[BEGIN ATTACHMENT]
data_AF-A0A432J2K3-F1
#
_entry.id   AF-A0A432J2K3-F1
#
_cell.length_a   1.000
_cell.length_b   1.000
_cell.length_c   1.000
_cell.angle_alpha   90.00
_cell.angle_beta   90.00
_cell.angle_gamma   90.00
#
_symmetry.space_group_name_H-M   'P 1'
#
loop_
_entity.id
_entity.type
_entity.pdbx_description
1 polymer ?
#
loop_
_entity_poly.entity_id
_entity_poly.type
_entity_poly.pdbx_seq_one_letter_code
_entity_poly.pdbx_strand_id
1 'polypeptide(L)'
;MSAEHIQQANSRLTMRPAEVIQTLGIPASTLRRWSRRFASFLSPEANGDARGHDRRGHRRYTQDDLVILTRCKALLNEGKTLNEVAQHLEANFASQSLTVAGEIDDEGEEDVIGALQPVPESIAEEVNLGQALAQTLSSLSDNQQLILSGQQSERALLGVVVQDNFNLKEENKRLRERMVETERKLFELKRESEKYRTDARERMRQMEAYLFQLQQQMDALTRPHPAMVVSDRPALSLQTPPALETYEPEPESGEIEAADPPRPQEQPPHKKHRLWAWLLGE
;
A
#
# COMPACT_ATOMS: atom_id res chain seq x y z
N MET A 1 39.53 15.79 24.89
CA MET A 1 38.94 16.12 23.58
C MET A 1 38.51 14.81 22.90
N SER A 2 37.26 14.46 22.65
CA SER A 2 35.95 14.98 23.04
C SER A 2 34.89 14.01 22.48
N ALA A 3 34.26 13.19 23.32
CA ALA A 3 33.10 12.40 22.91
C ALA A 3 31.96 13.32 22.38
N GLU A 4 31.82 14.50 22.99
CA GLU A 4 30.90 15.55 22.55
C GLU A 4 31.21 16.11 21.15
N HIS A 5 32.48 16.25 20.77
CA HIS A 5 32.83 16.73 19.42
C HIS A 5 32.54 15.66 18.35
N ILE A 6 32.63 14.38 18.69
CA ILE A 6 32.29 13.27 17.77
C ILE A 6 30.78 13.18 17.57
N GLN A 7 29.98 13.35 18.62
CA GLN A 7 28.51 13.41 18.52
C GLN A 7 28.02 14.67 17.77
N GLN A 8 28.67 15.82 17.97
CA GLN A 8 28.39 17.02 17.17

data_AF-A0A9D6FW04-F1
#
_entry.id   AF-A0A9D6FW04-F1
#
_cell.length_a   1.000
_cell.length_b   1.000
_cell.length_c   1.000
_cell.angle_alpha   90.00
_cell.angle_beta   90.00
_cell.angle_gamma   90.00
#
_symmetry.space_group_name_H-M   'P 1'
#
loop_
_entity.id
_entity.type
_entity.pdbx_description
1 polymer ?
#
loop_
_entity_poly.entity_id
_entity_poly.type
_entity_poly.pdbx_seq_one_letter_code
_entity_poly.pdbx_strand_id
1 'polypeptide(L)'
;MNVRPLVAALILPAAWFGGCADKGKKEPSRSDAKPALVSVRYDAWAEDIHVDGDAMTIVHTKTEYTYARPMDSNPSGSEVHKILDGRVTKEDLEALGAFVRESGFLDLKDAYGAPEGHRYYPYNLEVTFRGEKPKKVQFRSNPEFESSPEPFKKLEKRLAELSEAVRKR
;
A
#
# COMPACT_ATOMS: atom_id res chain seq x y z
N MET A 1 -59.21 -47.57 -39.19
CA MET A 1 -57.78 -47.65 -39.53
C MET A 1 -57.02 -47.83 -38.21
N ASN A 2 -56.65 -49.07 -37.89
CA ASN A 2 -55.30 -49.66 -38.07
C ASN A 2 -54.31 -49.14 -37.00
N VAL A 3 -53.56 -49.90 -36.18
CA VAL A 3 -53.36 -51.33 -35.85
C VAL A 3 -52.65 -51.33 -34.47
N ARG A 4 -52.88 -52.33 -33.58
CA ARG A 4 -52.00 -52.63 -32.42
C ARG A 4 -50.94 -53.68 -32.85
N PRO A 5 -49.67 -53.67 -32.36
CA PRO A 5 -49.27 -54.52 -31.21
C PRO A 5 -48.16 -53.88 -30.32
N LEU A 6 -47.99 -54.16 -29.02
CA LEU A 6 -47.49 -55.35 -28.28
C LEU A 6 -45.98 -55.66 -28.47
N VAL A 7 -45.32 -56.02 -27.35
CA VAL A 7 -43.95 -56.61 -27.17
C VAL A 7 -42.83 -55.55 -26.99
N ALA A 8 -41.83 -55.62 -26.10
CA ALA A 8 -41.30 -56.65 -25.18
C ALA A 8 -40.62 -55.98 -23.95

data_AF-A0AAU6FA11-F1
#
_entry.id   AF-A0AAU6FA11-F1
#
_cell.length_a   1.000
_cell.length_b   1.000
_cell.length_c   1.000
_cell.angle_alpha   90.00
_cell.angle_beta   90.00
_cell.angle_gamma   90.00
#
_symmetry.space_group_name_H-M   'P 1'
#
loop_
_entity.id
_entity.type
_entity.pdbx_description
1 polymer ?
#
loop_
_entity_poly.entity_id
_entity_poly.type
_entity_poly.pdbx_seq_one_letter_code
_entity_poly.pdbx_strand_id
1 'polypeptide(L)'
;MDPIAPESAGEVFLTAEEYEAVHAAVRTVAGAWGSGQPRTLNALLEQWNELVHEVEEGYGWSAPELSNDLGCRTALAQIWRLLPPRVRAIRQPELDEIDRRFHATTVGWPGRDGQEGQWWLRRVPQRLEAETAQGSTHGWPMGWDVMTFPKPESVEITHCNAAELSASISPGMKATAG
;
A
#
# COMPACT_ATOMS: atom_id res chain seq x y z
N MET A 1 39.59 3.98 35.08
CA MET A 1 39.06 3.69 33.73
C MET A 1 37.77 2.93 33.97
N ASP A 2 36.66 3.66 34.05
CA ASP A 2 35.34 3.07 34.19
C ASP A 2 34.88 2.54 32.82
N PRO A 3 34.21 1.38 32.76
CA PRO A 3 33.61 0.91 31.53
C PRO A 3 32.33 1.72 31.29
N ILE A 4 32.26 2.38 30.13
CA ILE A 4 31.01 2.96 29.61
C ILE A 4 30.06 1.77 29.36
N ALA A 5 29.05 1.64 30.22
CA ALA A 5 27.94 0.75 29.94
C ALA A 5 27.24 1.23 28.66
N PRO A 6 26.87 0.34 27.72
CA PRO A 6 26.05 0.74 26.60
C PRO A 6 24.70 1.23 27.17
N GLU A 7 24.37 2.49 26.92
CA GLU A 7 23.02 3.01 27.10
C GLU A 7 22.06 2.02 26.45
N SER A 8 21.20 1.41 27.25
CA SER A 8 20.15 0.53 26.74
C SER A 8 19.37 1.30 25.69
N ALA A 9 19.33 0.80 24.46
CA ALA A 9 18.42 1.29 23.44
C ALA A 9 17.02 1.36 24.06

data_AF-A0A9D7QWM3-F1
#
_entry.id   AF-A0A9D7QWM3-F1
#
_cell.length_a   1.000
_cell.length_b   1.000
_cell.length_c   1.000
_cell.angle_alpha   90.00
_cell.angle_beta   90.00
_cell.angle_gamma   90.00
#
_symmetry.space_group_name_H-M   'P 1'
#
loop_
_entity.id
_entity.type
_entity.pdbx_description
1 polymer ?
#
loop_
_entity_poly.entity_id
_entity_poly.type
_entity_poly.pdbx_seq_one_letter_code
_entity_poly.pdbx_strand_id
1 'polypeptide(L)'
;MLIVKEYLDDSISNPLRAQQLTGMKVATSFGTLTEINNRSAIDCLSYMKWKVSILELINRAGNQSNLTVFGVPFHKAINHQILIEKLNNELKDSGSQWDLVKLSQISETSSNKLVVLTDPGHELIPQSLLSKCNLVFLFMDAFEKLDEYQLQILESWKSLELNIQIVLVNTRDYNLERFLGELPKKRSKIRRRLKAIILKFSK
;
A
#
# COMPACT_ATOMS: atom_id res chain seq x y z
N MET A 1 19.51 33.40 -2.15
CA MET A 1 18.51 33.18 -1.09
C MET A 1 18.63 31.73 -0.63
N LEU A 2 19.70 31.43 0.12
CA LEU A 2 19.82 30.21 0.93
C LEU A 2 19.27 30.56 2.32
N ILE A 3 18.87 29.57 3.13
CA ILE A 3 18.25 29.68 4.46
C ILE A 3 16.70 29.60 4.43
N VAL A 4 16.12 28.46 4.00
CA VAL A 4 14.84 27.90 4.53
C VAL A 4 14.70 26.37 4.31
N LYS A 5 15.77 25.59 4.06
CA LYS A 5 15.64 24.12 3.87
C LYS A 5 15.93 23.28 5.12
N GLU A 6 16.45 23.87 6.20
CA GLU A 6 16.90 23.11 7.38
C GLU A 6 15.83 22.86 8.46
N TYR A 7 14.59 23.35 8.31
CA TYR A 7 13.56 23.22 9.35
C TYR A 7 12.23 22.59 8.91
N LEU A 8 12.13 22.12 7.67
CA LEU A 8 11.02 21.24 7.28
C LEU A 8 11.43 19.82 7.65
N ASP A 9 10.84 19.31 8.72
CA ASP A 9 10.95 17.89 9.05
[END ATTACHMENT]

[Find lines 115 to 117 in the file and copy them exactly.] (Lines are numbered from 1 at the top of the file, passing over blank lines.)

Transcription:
_cell.angle_alpha   90.00
_cell.angle_beta   90.00
_cell.angle_gamma   90.00